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Buying Gold and Jewellery Properly

It is interesting how we are lulled into a false sense of security by a name or a brand or a product.

Invariably it comes down to marketing and credibility.

When you are looking to buy a running shoe, Nike immediately comes to mind. Not because they have the best running shoe, but because they use aggressive marketing that tells you they have the best running shoe. If you do the research, you will find other shoes that are in fact better suited for running and more specifically, designed to suit long or short distances, cross terra or road running etc. But you are an entry level runner and Nike has established itself as a credible brand, so why bother with research.

Private vs Mainstream

The moment the thought crosses your mind, whether a watch for yourself or a tennis bracelet for your significant other, immediately the google bar is filled with “where to buy?” and “best price for” enquiries. When the names of “reputable “jewellery stores appear, your research extends only as far as price.

While scrolling through google options, however, you find a pawn shop offering you the same item, but for a lot cheaper. Interest in the item compels you to research the pawn broker. You look up his web page, you read his reviews, and you run his name through Google to see if anything dodgy comes up.

Pawn shops and pawn brokers themselves have had a shady past, and your research is only exercising good judgement. If you are dealing with large sums of money or with valuable product, it would be foolish not to research the prospective broker.

My question is, why does it stop there?

If you buy a Rolex watch, you should know it comes with a traceable serial number, box and papers. If you want to buy a particular stone, you should know that it comes with a confirmation gemmology certificate.

But what about gold?

Do we really only settle for the stamp on the back telling us whether it is 9ct, 18ct, etc.?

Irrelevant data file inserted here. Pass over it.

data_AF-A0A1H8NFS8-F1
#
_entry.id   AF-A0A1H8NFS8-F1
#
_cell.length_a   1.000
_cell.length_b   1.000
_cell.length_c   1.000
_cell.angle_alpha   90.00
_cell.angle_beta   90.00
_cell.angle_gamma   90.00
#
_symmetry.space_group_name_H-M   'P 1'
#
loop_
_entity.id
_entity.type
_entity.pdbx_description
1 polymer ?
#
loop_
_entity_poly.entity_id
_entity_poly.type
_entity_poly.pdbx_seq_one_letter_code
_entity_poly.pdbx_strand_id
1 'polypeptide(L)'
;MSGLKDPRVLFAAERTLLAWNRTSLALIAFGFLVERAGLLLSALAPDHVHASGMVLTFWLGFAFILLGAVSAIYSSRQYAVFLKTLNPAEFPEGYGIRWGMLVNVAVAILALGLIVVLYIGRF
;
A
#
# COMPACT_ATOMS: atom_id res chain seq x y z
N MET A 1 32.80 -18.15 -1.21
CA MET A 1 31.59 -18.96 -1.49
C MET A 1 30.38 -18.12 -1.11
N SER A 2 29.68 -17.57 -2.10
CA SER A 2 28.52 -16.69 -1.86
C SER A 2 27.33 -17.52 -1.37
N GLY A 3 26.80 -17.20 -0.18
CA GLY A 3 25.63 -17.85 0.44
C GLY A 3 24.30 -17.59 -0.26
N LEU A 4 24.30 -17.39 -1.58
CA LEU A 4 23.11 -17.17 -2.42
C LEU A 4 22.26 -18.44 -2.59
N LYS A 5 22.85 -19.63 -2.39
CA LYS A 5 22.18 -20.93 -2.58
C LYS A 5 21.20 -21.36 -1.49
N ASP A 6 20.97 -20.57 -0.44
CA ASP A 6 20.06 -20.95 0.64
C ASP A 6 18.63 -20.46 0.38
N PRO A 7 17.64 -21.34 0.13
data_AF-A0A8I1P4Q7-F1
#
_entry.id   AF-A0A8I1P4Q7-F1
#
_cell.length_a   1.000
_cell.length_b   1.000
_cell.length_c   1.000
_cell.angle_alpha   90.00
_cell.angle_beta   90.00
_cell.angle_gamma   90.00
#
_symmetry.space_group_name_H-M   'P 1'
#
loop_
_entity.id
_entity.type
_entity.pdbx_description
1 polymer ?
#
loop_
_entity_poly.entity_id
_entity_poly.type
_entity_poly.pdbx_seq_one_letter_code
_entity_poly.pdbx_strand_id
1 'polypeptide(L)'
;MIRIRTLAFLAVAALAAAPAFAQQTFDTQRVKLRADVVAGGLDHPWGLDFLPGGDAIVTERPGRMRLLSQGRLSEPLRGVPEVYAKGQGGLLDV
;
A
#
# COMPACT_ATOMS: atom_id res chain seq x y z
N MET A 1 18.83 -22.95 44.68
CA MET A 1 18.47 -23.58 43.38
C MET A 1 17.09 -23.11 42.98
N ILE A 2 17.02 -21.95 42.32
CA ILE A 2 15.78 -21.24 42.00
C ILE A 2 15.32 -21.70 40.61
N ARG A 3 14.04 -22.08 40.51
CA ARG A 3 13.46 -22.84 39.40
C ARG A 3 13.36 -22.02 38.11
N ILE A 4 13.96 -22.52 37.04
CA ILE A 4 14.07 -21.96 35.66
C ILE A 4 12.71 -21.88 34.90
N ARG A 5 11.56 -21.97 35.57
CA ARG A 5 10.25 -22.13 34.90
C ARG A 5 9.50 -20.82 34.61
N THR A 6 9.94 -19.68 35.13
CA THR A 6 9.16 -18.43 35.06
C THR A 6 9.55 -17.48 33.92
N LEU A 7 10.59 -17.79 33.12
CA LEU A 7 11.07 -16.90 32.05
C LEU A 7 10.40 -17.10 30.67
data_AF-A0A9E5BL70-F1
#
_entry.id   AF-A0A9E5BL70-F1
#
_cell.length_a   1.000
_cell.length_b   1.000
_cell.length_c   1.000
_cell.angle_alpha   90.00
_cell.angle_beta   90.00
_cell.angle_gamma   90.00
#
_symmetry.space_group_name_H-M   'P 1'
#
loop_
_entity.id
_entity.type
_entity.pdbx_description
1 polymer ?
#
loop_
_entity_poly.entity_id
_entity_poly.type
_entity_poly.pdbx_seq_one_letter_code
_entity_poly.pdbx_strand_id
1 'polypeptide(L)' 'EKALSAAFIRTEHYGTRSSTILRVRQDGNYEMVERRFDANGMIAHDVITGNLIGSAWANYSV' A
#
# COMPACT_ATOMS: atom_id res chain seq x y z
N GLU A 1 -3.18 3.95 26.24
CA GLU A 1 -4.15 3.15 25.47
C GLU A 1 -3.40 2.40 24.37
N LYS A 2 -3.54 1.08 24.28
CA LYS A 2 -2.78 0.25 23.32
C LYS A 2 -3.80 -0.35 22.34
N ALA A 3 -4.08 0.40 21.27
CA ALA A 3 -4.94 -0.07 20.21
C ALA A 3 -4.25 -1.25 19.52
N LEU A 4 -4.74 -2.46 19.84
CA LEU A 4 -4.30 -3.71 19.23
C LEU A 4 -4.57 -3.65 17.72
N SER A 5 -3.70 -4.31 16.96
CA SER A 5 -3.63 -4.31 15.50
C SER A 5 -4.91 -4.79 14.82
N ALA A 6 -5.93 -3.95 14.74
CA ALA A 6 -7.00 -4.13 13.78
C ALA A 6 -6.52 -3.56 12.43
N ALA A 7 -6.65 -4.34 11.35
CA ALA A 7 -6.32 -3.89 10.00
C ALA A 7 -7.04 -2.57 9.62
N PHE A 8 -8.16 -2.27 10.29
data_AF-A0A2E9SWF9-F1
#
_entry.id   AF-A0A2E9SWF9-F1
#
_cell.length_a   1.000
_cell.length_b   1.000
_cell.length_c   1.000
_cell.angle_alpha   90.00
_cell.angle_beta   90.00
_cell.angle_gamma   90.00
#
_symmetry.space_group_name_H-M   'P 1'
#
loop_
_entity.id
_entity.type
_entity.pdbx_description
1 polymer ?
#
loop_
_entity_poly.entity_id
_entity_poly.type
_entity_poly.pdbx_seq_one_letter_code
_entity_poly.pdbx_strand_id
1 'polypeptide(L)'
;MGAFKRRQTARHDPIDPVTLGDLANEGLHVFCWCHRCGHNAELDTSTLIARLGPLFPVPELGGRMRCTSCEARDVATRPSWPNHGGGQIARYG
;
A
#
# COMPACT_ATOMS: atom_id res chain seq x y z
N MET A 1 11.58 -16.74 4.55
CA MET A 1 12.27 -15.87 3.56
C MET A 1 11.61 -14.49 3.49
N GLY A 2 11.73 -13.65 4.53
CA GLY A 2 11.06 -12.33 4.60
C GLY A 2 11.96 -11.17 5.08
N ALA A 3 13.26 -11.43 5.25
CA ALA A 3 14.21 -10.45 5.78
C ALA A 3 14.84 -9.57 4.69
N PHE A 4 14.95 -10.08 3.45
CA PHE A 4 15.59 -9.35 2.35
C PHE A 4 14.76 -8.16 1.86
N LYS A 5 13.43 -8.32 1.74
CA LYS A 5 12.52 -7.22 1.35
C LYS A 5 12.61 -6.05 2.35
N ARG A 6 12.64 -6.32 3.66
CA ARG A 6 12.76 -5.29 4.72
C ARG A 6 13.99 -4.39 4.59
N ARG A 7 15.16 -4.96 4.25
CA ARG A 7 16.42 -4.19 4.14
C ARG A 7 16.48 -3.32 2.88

Why do we only do half the research?

Because we believe that mainstream jewellery stores are run on love and romance and only want us to be happy. We believe mainstream jewellery stores have credibility because of aggressive marketing telling us so.

Have we forgotten that gold and diamonds are a lucrative business, the emphasis being on business?

Like any other business, there are costs to bear and corners to cut.

If you do your research because you are buying from a private dealer, and feel that there is a certain risk, or at least lack of recourse, then I urge you to apply the same diligence when buying from a mainstream jewellery store. Not on the store itself, they spend a fortune in marketing, ensuring favourable reviews. I mean, take the 18ct gold chain that you bought, and get it tested.

Nothing to lose and a whole lot to be gained.

A significant number of times, more times than you would think, people arrive at their local pawn shop, desperate for cash, ready to sell there 18ct gold chain, only to find that it is in fact, only 14ct, or their fancy engagement ring has a moissanite stone and not a diamond.

Private dealers know that they are viewed under a microscope, and people don’t part with their money until all the t’s are crossed and all the I’s dotted. They don’t have the marketing budget to engage the smoke and mirrors. Credibility is built through one on one interaction with clients that don’t return if they are not happy. There is no mass marketing to fall back on and one bad deal or one unhappy review can seriously hurt the bottom line in a very competitive industry.

At the end of the day, if you leave with a piece of paper saying you purchased an 18ct gold chain, and you haven’t seen it tested in front of you with your own eyes, not even Judge Judy can help you. Once you leave the store, you have no recourse, because of course, you yourself could have tampered with the item. Once you leave the store, there is no way to prove that they did in fact under carat you and that they have instead added more alloys than gold. Check your gold from mainstream jewellers as you would from a private dealer and avoid the inevitable disappointment.

Judge Judy, and I would have to concur, would say, that the onus is on you to be completely secure with the product before you hand the money over. Don’t believe for one second that mainstream stores share your hopes and dreams when you purchase that engagement ring, as the advertising would have you believe. Even the advertisers need to get paid and the bottom line is, your hopes and dreams are their business.

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